A newfound morality

[Sent to the Phnom Penh Post on 2 March 2014. Not published.]

Better late than never, I suppose. In that sense, I should welcome Gareth Evans’ attempt (Post, 28 February) to introduce moral considerations into governmental and diplomatic matters, even though the attempt is very belated.

Reading his indignation at the killing of five striking workers in Phnom Penh in January, it is impossible not to recall his total lack of concern as Australia’s foreign minister in the 1980s, when the Indonesian government was killing tens of thousands of people in East Timor, not very far off Australia’s northern coast. Indeed, Evans’ reputation suffered considerably at the time when he was filmed drinking champagne toasts with the Indonesian generals who were directing the slaughter. It seemed that the needle of Evans’ moral compass pointed, not to truth and justice, but to East Timor’s offshore oil resources.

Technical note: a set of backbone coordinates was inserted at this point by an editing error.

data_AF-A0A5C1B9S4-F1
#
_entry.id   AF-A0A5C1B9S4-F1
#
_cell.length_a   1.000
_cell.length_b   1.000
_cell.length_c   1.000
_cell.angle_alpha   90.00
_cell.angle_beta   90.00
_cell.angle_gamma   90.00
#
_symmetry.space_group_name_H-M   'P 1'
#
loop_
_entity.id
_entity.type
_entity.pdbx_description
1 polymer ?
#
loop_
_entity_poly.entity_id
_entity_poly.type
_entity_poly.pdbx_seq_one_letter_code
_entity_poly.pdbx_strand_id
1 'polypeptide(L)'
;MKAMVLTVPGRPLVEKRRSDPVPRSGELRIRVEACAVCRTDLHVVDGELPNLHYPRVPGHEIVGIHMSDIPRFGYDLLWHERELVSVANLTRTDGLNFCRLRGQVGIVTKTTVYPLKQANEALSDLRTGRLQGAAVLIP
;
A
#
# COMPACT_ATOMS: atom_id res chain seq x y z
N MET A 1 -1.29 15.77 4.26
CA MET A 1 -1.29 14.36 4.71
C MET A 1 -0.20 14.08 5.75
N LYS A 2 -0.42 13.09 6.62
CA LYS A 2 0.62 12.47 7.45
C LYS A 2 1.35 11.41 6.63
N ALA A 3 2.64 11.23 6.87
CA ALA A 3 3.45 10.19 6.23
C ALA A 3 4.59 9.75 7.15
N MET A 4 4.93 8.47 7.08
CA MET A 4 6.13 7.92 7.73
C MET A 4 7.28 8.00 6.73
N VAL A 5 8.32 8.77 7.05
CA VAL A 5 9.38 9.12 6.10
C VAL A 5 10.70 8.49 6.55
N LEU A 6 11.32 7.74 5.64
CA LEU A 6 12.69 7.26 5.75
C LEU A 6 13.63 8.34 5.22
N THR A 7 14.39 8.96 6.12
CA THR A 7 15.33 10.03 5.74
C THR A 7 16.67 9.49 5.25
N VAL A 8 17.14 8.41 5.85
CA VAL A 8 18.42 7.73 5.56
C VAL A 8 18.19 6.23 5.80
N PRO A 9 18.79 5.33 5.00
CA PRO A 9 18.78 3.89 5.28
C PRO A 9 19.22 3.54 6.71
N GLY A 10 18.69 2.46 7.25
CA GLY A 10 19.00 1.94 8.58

And it is hard to avoid the suspicion that the timing of Evans’ new moral crusade owes a great deal to Australian politics. As has been widely reported, Australia’s current Liberal Party government is seeking to have Cambodia receive some of the refugees that Australian governments have been deporting contrary to international law. As a longtime Labor Party politician, Evans knows how to throw a punch at Hun Sen in order to hit Australian Prime Minister Tony Abbott.

Evans’ moral concerns would be considerably more convincing if he extended them to the abusive treatment of refugees by Australian governments, including the previous government of the Labor Party. This abuse has already resulted in the loss of far more than five lives.

 

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